Agriculture programs in Western nations tend to support animal and feed farms more than fruit and vegetable growers -- despite the health guidelines of Western governments advising citizens to eat fewer animal products and more fruits and vegetables.
Are We Willing to make Changes?
Physicians at the First National Conference on the Elimination of Coronary Artery Disease in 1991 agreed resoundingly with nutritionist Colin Campbell, Ph.D., when he said, "Why must we be reticent about recommending a diet which we know is safe and healthy? We, as scientists, can no longer take the attitude that the public cannot benefit from information they are not ready for. I personally have great faith in the public. We must tell them that a diet of stems, seeds, flowers, fruit and leaves is the healthiest diet and the only diet we can promote, endorse and recommend!"
People everywhere can help restore animal agriculture to sustainability by changing their diets. Personal habits, just as national policies, can shift dramatically when enough people say "enough."
Please join with other caring and committed people by making a shift in your diet now and sharing this information with others -- family, friends, associates, local newspapers and radio stations and your government officials.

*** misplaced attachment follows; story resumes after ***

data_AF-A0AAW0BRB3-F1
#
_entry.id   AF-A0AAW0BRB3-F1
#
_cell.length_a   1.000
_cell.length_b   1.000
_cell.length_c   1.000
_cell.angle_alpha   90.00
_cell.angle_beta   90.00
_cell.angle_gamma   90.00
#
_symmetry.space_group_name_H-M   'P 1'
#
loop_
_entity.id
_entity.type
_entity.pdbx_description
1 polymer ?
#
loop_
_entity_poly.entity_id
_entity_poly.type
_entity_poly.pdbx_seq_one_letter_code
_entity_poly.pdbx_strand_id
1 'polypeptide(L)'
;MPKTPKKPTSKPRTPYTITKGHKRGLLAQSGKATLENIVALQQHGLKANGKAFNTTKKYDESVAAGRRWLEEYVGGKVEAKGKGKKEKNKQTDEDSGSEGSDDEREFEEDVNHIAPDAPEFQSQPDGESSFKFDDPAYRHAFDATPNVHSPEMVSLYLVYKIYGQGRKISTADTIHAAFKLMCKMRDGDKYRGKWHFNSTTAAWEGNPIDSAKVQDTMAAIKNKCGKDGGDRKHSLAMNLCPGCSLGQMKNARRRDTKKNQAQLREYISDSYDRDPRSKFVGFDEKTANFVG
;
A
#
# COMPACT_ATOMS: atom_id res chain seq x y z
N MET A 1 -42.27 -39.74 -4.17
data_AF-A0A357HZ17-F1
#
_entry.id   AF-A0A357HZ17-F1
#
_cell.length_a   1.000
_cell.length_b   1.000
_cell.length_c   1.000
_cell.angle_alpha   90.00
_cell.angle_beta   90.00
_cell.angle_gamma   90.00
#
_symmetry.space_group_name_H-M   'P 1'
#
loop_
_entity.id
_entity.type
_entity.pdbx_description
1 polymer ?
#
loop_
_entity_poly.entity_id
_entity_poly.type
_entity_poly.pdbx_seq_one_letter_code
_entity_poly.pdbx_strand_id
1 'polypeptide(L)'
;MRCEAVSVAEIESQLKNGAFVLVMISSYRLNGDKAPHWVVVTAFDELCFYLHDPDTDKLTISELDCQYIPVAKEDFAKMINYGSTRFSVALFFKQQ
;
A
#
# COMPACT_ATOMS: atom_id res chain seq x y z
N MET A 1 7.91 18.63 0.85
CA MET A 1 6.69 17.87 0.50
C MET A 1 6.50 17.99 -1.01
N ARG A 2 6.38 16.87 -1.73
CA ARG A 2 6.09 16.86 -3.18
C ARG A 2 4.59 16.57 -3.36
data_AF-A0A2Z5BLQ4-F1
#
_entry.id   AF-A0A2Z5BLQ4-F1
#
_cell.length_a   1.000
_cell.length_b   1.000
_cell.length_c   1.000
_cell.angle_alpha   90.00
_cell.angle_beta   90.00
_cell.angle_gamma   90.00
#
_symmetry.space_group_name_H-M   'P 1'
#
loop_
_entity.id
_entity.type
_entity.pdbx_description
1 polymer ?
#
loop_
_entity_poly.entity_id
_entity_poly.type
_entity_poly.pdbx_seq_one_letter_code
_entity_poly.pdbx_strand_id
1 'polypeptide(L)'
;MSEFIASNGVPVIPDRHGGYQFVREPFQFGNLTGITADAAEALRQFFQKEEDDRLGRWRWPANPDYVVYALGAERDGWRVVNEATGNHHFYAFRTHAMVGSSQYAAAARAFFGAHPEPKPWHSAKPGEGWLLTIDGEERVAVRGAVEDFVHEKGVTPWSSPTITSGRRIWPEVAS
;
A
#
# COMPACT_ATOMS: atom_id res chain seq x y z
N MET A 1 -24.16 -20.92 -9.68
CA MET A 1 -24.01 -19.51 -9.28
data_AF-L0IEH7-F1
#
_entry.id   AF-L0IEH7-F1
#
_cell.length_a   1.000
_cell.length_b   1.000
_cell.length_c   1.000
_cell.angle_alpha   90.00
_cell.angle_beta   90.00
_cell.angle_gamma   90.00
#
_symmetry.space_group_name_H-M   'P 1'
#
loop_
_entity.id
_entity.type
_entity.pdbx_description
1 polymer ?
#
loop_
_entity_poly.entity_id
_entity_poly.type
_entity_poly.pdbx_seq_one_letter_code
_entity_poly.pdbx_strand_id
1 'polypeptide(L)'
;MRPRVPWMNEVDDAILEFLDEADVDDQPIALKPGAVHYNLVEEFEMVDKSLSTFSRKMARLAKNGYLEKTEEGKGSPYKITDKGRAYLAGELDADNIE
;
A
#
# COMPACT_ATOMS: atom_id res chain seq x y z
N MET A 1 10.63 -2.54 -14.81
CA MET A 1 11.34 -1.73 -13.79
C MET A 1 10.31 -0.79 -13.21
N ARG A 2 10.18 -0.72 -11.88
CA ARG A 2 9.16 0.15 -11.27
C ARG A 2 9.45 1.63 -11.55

-- "Beyond Beef, the Rise and Fall of the Cattle Culture", "Taking Stock: Animal Farming and the Environment", and "Diet for a New
"FOODS THAT FIGHT PAIN", PCRM and Dr. Neal Barnard
An Introduction by Audrey Nickel
From The Grapevine, Summer 1998 (Triangle Vegetarian Society, Chapel Hill, NC -- www.ivu.org/tvs )
"You are what you eat." That's what my mother always told me. I doubt even she realized just how true that statement is. Every day, it seems, we hear another report on how our food choices affect our overall health, our susceptibility to certain diseases, our longevity. Every day we come closer to the conclusion that the secret to a healthy life lies not in some far away laboratory, but right at the ends of our forks.
Renowned health activist and physician Dr. Neal Barnard has taken this conclusion one step further in his new book Foods that Fight Pain: Revolutionary New Strategies for Maximum Pain Relief (1998, Harmony Books, a division of Crown Publishers, $25). Most of you have probably heard of Dr. Barnard in his role as President and Founder of the Physicians Committee for Responsible Medicine (PCRM) and editor-in-chief of its excellent periodical, Good Medicine. He is an active clinical researcher and author of numerous scientific publications. You may even have read some of his other books, such as Eat Right, Live Longer and Food For Life.